A powerful earthquake sparked a brief tsunami warning for a lengthy stretch of the British Columbia coast early Saturday, but no damaging waves were generated.
The 7.5-magnitude quake did generate a small tsunami, but the Alaska Tsunami Warning Center said the waves didn't pose a threat.
The U.S. Geological Survey said the quake struck at about 1 a.m. Pacific Time about 102 kilometres west of Craig, Alaska and about 10 kilometres deep.
A tsunami warning quickly followed and covered about 1,125 kilometres of coastline from Cape Fairweather, Alaska to the northern tip of Vancouver Island.
A tsunami advisory was also issued for the B.C. coast to as far south as Victoria.
A warning means an area is likely to be hit by a wave, while an advisory means there may be strong currents without widespread inundation.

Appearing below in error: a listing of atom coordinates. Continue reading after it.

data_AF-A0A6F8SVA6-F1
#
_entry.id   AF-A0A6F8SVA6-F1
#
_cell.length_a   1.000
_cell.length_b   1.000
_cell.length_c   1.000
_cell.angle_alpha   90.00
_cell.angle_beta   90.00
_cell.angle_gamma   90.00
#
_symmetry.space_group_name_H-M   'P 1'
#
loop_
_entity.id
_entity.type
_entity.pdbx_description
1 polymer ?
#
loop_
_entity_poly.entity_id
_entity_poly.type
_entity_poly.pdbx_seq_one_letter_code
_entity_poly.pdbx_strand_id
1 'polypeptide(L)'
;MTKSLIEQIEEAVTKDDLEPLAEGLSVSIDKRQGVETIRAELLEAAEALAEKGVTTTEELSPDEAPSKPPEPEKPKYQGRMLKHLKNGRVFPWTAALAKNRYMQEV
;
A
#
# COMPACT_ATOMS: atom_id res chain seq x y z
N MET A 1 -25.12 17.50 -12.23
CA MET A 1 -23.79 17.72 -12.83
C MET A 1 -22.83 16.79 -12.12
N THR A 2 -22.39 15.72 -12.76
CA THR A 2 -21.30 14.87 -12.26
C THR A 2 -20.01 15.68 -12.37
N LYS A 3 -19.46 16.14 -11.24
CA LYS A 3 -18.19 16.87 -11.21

The Alaska Tsunami Warning Center had initially warned that "significant widespread inundation" of land was expected along with possible coastal flooding.
In its cancellation statement, the center said some areas were seeing just small sea level changes and there was no threat.
The Alaska Earthquake Information Center said the quake was widely felt but it received no reports of any damage.
Several aftershocks have been recorded by the U.S. Geological Survey, with the largest measuring 4.7.
Alex Godin, who was working at a Tim Hortons in Prince Rupert, B.C. when the quake struck, said the tremor was barely noticeable and "felt like a bump."
This earthquake was centered not far from the Haida Gwaii region of B.C., where a magnitude-7.7 quake struck last October but caused no damage.
A brief tsunami alert had been issued, but no giant waves materialized.